Continue Reading →

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Florida schools roundup: Class sizes, schools of excellence and more

Class sizes: A bill that would allow schools to comply with the 2002 class size amendment by using schoolwide averages instead of specific classroom counts passes the Florida House PreK-12 Innovation Subcommittee. Schools would be expected to try to get math, reading, science and social studies class sizes to levels required by the constitutional amendment. But there would be no penalties if school averages complied with the law, even if some classrooms did not. Orlando Sentinel. WFSU.

Schools of excellence: A bill that would give top-performing public schools more freedom from state and district regulations passes the Florida House PreK-12 Innovation Subcommittee. Public schools with an academic performance among the state’s top 20 percent in their grade range at least two out of three consecutive years would become “Schools of Excellence.” At those schools, principals would have greater freedom to make budget and staffing decisions, teachers would get credit toward continuing-education requirements for their certifications, and the schools would be free from mandates on reading time and have flexibility on class sizes. The bill sponsor, Rep. Erin Grall, R-Vero Beach, says “it would encourage innovation.” redefinED.

Religious expression: A bill that would ban school districts “from discriminating against students, parents, and school personnel on basis of religious viewpoints or expression” is passed by the Senate Judiciary Committee, and is now ready for a full Senate vote. The Florida House PreK-12 Innovation Subcommittee passes a slightly different version of the bill. Florida PoliticsMiami Herald. Politico Florida. News Service of Florida. Tallahassee Democrat. Sunshine State News.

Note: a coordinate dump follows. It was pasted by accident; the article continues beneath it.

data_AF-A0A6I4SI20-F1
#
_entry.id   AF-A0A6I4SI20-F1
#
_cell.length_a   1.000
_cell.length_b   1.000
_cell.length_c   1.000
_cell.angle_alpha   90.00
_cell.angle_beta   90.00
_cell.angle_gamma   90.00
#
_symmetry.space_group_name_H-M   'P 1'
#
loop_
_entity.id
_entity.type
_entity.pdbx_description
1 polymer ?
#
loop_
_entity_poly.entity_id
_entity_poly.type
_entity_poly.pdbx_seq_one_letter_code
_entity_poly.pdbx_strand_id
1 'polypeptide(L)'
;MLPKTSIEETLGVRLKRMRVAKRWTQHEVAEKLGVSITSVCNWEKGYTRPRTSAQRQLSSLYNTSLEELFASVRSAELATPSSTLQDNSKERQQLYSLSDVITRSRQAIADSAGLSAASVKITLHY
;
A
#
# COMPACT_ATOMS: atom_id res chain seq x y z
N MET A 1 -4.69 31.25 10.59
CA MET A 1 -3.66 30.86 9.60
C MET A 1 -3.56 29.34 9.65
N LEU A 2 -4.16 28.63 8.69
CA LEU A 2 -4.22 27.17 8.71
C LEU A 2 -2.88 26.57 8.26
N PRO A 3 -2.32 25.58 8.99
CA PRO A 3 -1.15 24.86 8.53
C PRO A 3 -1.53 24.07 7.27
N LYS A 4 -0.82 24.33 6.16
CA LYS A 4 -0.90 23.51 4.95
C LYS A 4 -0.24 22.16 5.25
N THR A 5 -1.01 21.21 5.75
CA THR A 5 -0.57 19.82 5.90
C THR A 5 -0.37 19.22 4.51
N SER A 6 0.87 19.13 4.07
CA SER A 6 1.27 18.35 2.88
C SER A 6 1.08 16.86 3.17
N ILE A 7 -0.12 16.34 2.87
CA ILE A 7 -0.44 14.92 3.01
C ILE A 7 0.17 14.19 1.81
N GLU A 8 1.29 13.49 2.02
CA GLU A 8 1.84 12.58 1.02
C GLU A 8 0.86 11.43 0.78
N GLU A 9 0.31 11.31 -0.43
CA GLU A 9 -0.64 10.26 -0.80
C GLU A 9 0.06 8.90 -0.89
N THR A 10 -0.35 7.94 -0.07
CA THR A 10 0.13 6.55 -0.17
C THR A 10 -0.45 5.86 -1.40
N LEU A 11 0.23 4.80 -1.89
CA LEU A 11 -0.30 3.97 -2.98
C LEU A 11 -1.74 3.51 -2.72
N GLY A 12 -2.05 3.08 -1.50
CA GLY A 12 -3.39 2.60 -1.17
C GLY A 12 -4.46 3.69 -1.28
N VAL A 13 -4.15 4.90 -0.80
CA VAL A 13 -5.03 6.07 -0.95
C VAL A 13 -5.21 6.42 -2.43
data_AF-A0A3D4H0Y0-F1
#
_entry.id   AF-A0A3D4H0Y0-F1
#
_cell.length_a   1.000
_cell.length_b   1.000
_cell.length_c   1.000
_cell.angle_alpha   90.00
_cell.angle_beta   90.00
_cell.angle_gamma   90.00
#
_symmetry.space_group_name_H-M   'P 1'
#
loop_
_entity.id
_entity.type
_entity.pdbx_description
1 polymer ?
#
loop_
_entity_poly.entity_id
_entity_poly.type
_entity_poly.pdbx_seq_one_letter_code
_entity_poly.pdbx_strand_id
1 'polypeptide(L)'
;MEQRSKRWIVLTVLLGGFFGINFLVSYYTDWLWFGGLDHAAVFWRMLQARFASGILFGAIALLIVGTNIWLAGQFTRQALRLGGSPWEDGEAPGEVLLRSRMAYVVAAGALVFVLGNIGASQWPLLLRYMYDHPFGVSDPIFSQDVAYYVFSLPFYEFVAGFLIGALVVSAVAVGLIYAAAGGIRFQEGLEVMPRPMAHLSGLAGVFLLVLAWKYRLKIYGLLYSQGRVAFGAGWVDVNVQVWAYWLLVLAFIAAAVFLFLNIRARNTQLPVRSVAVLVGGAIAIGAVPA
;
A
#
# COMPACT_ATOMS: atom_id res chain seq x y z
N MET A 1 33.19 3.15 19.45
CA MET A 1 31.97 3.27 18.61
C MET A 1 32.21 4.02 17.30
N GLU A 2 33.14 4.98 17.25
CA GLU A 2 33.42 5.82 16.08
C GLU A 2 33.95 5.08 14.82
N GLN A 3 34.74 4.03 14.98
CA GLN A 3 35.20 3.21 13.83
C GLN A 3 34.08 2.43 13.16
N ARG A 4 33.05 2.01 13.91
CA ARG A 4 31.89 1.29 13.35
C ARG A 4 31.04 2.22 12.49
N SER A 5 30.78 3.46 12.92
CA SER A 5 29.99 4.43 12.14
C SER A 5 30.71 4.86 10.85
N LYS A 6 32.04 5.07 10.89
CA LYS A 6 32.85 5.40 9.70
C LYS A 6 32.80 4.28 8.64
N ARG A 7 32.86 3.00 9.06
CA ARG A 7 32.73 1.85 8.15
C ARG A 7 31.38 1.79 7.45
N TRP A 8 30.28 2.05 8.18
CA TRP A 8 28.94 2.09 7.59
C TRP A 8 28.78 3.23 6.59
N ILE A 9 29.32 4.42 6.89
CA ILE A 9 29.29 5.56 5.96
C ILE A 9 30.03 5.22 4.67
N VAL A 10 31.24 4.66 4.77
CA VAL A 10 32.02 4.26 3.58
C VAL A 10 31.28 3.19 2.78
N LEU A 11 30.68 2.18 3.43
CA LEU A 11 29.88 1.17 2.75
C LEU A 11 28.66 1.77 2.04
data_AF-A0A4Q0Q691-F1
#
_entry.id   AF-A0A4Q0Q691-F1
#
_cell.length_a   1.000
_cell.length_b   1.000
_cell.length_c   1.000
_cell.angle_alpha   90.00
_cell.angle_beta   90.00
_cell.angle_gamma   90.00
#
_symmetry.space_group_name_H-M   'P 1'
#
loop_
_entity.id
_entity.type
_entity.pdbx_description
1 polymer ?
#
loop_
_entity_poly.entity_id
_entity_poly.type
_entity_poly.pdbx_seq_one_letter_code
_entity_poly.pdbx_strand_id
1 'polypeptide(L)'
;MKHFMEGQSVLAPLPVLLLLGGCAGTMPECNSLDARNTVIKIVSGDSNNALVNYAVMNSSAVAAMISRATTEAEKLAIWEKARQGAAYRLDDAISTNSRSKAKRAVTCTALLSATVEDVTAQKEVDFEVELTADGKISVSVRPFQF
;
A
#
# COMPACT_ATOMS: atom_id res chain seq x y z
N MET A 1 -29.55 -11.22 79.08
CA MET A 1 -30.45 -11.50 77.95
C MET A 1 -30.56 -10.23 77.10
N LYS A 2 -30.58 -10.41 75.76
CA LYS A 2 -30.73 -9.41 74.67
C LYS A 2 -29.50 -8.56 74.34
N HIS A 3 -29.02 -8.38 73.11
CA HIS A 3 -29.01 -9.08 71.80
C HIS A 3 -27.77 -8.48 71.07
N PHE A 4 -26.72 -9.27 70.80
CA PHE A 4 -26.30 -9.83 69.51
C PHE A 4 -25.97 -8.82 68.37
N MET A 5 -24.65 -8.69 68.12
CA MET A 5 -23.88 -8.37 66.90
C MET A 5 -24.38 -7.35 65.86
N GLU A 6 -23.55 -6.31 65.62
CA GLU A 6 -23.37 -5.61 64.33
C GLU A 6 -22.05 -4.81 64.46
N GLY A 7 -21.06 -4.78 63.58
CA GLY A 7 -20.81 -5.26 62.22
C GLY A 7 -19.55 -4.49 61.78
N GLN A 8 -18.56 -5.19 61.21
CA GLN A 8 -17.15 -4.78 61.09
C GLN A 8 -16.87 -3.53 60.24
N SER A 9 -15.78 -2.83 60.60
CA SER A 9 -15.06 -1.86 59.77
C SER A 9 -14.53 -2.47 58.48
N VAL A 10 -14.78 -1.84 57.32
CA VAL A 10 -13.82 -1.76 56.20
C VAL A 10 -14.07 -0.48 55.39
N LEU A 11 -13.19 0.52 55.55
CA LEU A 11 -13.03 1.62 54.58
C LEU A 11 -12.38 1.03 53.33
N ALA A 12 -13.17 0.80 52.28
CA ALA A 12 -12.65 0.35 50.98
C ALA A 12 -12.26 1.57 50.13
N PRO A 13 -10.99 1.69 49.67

Testing rollback: A bill that would put limits on the state’s standardized testing passes the Florida House PreK-12 Innovation Subcommittee. The bill cuts the window of testing to three weeks nearer to the end of the school year, authorizes a study to see if the SAT and ACT tests could replace the Florida Standards Assessments, and require results to be returned to teachers in a “timely manner.” Sunshine State News. News Service of Florida. Continue Reading →

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Florida schools roundup: Capital funding, budget cuts, testing and more

Capital funding for schools: A bill that would allow school districts to raise local tax rates for construction and maintenance also would require those districts to share the money with charter schools. Now, Senate PreK-12 Appropriations chairman David Simmons, R-Altamonte Springs, says if the bill passes, “there won’t be a need” for the state to provide money for capital funding. This year, that amount was $150 million. Miami HeraldPolitico Florida. redefinED. WFSU.

Education budget cuts: Senate PreK-12 Appropriations chairman David Simmons, R-Altamonte Springs, releases a list of $46.3 million in cuts to education as “a starting point for our budget discussions.” The largest cuts are $14 million from the program for school uniforms, $13.95 million from teacher bonuses and $7 million from administrator professional development. Meanwhile, the Florida House identifies $485 million in education budget cuts in an exercise to meet Speaker Richard Corcoran’s call to trim $2 billion from the state budget.  Gradebook. Naples Daily News.

Testing bill: A bipartisan group of Florida state senators are urging the state to make a “common sense” decision to cut back on testing. Their bill would eliminate some tests, move the testing dates to the end of the school year and allow districts to give paper-and-pencil exams instead of online, among other things. Orlando Sentinel. Politico Florida. Continue Reading →